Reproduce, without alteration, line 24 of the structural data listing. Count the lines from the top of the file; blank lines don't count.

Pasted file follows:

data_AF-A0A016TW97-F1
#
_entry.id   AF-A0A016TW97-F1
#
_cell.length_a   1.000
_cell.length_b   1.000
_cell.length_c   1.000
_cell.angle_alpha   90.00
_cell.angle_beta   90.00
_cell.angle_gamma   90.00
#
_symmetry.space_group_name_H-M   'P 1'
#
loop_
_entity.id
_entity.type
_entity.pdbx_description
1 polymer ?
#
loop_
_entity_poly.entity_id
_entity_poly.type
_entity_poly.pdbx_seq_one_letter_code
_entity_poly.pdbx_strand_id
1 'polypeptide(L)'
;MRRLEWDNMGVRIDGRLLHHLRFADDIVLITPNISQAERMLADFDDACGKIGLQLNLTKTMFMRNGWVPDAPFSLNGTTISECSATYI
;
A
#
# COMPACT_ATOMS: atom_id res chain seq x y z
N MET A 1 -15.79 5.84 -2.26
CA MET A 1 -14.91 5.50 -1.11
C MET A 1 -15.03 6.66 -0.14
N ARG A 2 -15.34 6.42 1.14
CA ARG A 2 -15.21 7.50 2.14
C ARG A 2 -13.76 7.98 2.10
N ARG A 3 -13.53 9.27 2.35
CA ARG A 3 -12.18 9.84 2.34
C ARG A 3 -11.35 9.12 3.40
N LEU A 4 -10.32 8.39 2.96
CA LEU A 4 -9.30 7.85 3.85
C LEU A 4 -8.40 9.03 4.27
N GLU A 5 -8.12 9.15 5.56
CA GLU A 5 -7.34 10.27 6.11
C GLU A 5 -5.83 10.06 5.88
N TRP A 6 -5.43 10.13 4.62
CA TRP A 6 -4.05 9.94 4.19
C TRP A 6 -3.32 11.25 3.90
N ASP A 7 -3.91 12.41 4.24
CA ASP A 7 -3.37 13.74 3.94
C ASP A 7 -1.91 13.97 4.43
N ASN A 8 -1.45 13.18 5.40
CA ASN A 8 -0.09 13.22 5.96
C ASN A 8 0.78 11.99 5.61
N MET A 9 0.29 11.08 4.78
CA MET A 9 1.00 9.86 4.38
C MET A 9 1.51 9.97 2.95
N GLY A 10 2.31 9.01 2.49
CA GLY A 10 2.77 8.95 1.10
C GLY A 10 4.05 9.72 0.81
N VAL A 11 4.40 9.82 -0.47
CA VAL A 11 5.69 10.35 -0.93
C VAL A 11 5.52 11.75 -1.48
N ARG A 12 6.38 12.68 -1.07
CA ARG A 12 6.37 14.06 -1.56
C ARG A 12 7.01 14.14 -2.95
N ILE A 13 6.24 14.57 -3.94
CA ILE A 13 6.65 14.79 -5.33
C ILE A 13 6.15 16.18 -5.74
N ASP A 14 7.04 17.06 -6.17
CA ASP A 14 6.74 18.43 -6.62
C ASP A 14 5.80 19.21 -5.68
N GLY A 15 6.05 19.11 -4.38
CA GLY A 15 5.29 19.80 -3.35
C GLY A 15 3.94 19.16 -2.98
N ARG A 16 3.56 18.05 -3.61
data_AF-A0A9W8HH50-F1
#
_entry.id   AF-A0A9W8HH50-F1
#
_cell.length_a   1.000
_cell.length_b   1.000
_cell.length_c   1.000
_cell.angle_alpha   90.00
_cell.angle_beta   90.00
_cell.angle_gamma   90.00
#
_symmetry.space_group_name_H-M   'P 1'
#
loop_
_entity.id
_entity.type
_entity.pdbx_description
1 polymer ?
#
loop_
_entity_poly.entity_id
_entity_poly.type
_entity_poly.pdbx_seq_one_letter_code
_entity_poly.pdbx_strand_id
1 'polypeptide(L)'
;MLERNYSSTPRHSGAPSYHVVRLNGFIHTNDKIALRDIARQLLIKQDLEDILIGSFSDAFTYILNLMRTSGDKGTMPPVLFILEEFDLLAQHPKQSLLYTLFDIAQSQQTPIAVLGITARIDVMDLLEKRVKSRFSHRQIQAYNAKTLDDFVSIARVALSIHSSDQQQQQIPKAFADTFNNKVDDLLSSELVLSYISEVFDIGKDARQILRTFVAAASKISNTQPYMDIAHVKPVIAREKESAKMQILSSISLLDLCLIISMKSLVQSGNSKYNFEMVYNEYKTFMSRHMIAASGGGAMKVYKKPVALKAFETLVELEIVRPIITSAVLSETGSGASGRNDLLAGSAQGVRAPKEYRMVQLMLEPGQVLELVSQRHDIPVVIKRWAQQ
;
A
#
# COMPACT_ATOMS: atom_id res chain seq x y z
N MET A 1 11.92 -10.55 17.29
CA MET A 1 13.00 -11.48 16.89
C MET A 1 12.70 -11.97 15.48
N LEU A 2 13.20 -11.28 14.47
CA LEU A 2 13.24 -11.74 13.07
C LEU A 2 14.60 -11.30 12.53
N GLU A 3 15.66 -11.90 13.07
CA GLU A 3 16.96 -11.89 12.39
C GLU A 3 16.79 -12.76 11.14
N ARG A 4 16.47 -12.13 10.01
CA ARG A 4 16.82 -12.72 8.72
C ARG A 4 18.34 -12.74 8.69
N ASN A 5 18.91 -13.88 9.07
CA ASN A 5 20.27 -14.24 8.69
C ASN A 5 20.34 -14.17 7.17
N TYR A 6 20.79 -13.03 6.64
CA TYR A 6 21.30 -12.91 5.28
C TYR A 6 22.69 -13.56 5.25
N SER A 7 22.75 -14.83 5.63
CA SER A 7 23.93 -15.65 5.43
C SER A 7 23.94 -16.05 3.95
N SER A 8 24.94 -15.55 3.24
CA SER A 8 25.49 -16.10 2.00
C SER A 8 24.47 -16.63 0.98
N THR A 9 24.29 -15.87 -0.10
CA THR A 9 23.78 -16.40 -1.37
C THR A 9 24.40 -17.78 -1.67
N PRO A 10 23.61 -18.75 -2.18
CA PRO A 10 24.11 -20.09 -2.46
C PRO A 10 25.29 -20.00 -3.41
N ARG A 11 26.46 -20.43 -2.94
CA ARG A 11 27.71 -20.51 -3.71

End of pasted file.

_entity_poly.pdbx_strand_id